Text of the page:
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Ageing, Chronic Disease, and Senolytic Agents

Guy’s Campus, London

10 Dec booklaunchmainimage Part of Ageing Research at King's (ARK) Lectures

Ageing Research at King’s (ARK) Special Guest Lecture:

Ageing, Chronic Disease, and Senolytic Agents

Speaker: James L. Kirkland, Noaber Foundation Professor of Aging Research, Director, Mayo Clinic Kogod Center on Aging, Rochester, MN, USA


Fundamental ageing processes including cellular senescence appear to make a “root cause” contribution to multiple chronic diseases, geriatric syndromes, and loss of physiological resilience. Interventions targeting ageing processes such as cellular senescence hold the potential to enhance healthspan by delaying, preventing, or alleviating age-related diseases and conditions as a group, instead of one-at-a-time, the “geroscience hypothesis.” Senescent cells accumulate in many tissues with ageing and at sites of etiology of numerous chronic diseases. Senescent cells are resistant to apoptosis. They can release a range of factors that are pro-apoptotic, pro-inflammatory, cause stem cell dysfunction, disrupt tissues, and spread senescence to normal cells, the senescence-associated secretory phenotype (SASP). Transplanting small numbers of senescent cells around the knees of young mice caused osteoarthritis. Transplanting small numbers of senescent cells into the abdomen of young mice, so that only 1/10,000 cells in the recipients are transplanted senescent cells, is sufficient to cause frailty, the accelerated onset of age-related chronic diseases, and early mortality.


We developed senolytic agents ‒ drugs that selectively clear senescent cells by inhibiting the pro-survival Senescent Cell Anti-apoptotic Pathways (SCAPs) that prevent these cells from being cleared by apoptosis caused by their own SASP. Intermittent administration of senolytic agents reduced frailty and neuromuscular dysfunction in progeroid mice, enhanced cardiac function in old mice, alleviated Alzheimer-like changes in Tau+ mice, alleviated bleomycin-induced pulmonary fibrosis, reduced age, high fat diet, and shear stress-related vascular dysfunction, restored hepatic function and reduced liver fat and fibrosis in diet-induced liver steatosis, alleviated dysfunction caused by radiation in mice, and restored bone mass and strength by reducing resorption without impeding bone formation in age-induced osteoporosis. Senolytics prevented the frailty, accelerated chronic disease onset, and early death caused by transplanting senescent cells into younger mice. In old mice, senolytics improved physical function, delayed age-related diseases, and extended remaining lifespan by 36%. Thus, senolytics hold promise for delaying, preventing, or treating multiple age- and chronic disease-related disorders if they are safe and effective in humans. Frameworks will be considered for proof-of-concept and later-stage trials of senolytics for targeting age-related chronic diseases, geriatric syndromes, and resilience to stressors.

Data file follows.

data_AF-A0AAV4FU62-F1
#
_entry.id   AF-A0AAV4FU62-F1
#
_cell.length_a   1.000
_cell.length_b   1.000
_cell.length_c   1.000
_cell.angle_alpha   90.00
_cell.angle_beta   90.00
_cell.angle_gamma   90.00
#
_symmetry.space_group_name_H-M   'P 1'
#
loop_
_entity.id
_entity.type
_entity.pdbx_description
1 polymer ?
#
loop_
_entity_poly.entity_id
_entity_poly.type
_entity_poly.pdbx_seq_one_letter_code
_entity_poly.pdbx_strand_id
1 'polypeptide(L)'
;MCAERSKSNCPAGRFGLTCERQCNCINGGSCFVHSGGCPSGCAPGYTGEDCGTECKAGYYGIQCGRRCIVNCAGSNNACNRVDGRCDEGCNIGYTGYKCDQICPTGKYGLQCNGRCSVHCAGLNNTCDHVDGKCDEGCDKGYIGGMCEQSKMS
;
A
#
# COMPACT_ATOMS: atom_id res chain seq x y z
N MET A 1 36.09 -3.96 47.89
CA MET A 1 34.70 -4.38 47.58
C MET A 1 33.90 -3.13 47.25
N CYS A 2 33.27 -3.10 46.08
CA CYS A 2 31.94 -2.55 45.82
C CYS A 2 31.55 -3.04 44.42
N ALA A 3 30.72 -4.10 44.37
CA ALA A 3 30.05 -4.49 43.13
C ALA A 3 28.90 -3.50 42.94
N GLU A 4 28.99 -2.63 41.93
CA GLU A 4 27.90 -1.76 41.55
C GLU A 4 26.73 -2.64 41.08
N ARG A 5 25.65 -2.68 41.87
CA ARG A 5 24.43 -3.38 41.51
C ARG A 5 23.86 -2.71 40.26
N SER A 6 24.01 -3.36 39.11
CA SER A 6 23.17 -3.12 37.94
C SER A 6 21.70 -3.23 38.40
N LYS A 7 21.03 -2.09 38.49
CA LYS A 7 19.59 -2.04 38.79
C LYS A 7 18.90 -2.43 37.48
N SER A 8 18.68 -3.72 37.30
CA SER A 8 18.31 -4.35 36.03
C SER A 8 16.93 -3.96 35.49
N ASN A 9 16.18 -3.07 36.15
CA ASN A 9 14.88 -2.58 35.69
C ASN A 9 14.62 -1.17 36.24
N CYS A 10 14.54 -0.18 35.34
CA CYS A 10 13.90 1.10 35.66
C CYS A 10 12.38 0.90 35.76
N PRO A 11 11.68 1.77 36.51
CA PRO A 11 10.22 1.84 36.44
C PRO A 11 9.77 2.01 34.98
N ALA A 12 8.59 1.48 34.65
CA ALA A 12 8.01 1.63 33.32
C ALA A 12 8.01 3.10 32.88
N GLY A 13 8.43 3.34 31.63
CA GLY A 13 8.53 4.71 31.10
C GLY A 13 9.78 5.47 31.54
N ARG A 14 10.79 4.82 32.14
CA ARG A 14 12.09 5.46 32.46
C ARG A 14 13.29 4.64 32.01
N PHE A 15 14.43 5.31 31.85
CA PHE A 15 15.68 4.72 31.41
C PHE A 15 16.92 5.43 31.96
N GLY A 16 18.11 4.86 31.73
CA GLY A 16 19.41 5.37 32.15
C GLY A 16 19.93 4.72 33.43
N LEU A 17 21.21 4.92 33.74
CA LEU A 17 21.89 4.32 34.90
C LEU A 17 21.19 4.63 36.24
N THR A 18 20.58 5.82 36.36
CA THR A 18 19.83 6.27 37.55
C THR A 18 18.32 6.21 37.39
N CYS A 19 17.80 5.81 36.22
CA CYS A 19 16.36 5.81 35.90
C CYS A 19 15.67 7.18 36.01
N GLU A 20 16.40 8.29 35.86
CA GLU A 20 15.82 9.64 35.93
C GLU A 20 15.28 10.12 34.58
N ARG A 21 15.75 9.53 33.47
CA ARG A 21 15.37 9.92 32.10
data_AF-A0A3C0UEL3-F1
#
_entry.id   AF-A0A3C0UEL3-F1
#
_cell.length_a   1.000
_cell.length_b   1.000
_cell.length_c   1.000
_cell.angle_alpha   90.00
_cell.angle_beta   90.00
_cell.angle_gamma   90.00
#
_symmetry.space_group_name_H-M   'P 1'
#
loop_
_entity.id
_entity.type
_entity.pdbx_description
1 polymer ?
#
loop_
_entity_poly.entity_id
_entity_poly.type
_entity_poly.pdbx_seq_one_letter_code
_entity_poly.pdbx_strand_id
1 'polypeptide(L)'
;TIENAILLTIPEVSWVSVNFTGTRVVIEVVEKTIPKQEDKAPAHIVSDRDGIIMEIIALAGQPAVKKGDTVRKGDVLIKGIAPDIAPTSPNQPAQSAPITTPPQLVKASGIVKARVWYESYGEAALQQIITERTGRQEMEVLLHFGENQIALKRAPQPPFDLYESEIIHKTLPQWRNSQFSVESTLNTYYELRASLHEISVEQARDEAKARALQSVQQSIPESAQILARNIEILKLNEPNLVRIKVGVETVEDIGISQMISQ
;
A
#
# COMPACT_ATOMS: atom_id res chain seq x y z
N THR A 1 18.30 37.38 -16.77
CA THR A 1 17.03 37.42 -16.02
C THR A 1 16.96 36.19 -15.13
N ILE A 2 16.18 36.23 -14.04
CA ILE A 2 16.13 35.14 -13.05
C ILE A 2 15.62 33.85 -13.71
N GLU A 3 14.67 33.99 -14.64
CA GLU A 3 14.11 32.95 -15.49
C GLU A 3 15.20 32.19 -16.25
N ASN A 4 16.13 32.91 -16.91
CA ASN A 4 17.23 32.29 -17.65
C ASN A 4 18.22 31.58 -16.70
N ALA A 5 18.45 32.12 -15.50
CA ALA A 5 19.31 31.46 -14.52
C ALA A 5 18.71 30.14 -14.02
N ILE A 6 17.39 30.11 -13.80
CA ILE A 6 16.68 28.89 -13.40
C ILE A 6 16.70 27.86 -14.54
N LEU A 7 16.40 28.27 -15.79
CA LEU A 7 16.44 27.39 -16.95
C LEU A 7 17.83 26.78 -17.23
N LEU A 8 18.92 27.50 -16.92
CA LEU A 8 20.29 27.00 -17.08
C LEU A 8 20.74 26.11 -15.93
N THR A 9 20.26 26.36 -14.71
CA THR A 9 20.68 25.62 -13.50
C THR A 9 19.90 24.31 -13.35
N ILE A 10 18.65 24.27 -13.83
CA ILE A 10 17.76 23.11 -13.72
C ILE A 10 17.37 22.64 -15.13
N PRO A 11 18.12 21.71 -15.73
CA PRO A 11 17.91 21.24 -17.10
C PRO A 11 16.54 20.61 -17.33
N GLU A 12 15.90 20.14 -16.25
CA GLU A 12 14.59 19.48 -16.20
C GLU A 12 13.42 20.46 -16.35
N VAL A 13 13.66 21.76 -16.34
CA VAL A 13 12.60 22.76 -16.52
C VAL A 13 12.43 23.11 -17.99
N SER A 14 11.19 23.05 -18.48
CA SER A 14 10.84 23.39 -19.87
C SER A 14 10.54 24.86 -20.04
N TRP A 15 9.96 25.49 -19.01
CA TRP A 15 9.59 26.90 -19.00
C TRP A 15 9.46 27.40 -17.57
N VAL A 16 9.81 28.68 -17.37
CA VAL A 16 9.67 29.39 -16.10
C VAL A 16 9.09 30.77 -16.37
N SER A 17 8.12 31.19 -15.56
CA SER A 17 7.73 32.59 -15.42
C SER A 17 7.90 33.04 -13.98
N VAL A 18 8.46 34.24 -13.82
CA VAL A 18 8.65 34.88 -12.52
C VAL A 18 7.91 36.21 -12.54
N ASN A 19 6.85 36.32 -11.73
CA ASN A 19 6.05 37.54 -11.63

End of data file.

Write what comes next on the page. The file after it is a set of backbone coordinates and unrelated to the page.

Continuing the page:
Speaker bio: James L. Kirkland is Noaber Foundation Professor of Aging Research and Director, Robert and Arlene Kogod Center on Ageing at the Mayo Clinic, Minnesota, USA. The major research focus of his lab is the impact of cellular ageing (senescence) on age-related dysfunction and chronic diseases, especially developing methods for removing these cells and alleviating their effects. Senescent cells accumulate with ageing and in such diseases as dementias, atherosclerosis, cancers, diabetes and arthritis. The goal of Dr  Kirkland's current work is to develop methods to remove these cells to delay, prevent, alleviate or partially reverse age-related chronic diseases as a group and extend healthspan, the period of life free of disability, pain, dependence and chronic disease. 


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